madlion said...

Cuz still nobody commented on your post after 3 days, I decided to leave a comment even tough I'm not a native speaker and therefore not the best judge.

Your text is very vivid!

Don't know if that's the right word for it.
Let's say it simple: "I can see, what you're writing!"

Miz K said...

Thanks very much, Max - I'm glad someone left a comment and I'm glad you thought it was vivid - that's what I was going for! I may consider posting fiction here a failed experiment and stick to "here's fun stuff we do" in the future.

zeta said...

Heya Miz K, Zeta here from NaNoWriMo--Great job! I just swung by the blog while having brekkie and caught your fiction. How brave you were to post! I'm don't have the stones for that...

I liked it all, but paragraphs two and three esp remained with me (desc of silence and kids in the wading pool), as I could very clearly visualise what you were describing. I assumed power outage, and then knowing your gift for providing the unexpected, I started wondering about apocalyptical end times, bankruptcy, takedown of the power grid by determined hackers, you know, that basic stuff o' novels. ;)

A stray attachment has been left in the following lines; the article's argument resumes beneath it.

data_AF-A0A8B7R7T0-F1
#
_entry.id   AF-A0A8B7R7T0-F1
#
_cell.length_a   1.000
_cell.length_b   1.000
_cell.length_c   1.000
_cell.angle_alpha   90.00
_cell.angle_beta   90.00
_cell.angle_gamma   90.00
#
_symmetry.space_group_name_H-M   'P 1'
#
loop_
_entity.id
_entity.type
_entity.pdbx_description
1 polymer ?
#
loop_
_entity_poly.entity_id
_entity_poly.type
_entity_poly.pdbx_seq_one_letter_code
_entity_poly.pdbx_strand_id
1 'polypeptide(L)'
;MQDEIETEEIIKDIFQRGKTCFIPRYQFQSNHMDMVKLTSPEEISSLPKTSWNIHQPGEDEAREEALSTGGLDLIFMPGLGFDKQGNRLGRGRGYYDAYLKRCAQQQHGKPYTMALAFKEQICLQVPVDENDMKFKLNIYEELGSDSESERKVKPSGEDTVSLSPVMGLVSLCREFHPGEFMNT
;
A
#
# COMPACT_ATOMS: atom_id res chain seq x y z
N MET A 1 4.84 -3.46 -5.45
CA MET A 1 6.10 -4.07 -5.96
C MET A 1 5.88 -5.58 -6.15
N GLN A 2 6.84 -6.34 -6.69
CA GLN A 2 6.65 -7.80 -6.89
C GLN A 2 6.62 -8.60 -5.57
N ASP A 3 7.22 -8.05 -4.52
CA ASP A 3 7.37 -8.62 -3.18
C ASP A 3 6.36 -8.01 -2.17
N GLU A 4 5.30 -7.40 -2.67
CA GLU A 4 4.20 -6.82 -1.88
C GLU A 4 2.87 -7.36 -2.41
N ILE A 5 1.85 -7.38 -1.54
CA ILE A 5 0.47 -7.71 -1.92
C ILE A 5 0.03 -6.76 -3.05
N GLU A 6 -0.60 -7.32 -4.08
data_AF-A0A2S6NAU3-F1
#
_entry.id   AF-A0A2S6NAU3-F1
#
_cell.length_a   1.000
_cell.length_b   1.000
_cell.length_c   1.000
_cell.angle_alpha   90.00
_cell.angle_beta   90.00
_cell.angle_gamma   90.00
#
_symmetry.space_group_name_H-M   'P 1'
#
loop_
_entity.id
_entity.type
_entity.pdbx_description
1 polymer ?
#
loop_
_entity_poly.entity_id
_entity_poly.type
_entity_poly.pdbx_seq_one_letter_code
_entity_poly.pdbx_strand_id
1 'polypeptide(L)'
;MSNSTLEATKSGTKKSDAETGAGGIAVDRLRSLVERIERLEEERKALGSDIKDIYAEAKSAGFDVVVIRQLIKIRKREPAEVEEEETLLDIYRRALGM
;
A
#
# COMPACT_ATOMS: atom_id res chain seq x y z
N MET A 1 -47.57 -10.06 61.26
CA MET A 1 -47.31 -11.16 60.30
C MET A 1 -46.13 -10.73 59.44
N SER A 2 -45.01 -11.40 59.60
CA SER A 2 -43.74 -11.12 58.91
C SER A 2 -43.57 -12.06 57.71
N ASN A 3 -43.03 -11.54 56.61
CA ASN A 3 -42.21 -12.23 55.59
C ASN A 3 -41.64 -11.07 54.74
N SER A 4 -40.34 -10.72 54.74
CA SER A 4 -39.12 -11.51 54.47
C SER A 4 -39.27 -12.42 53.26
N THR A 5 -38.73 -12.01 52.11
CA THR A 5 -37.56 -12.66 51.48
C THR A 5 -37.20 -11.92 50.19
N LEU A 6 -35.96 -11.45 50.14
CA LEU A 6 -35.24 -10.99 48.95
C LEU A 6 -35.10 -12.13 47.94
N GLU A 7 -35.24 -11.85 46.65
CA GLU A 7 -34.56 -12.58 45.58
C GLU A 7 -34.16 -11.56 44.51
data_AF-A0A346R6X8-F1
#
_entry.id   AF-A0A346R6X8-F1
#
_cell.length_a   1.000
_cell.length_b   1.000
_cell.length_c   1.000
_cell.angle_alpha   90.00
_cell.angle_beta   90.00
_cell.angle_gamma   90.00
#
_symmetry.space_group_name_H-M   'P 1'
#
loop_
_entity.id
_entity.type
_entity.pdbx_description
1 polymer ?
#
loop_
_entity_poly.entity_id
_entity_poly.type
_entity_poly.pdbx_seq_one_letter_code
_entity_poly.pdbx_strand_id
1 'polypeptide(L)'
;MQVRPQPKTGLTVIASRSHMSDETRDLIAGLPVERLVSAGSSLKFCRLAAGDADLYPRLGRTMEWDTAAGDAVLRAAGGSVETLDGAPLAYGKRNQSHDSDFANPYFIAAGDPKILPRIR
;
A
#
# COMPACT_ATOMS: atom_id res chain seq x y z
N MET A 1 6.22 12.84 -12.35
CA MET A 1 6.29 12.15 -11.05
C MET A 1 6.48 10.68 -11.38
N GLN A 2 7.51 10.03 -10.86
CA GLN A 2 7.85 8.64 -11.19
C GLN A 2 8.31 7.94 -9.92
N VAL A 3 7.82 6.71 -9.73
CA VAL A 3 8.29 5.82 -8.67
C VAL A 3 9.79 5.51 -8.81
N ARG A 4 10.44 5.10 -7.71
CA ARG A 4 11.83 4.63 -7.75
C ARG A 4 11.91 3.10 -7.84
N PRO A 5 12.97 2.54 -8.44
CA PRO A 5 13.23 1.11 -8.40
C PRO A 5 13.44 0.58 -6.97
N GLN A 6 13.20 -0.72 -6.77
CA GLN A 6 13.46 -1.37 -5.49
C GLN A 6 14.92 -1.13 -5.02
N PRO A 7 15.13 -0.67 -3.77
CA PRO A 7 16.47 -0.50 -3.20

I'm really glad you've gotten serious enough about your writing to take it to another level. I can't wait to buy your first novel! I've been battling my revision demons for a month or so as I start working over NaNoWriMo '08 to start sending out. I'm walkin' a hallway of depthless dark, and I can hear the nameless things slithering and whispering just an arm's length away. I can see the faint light of the room at the end, but crimeny, it's a long way down that passage.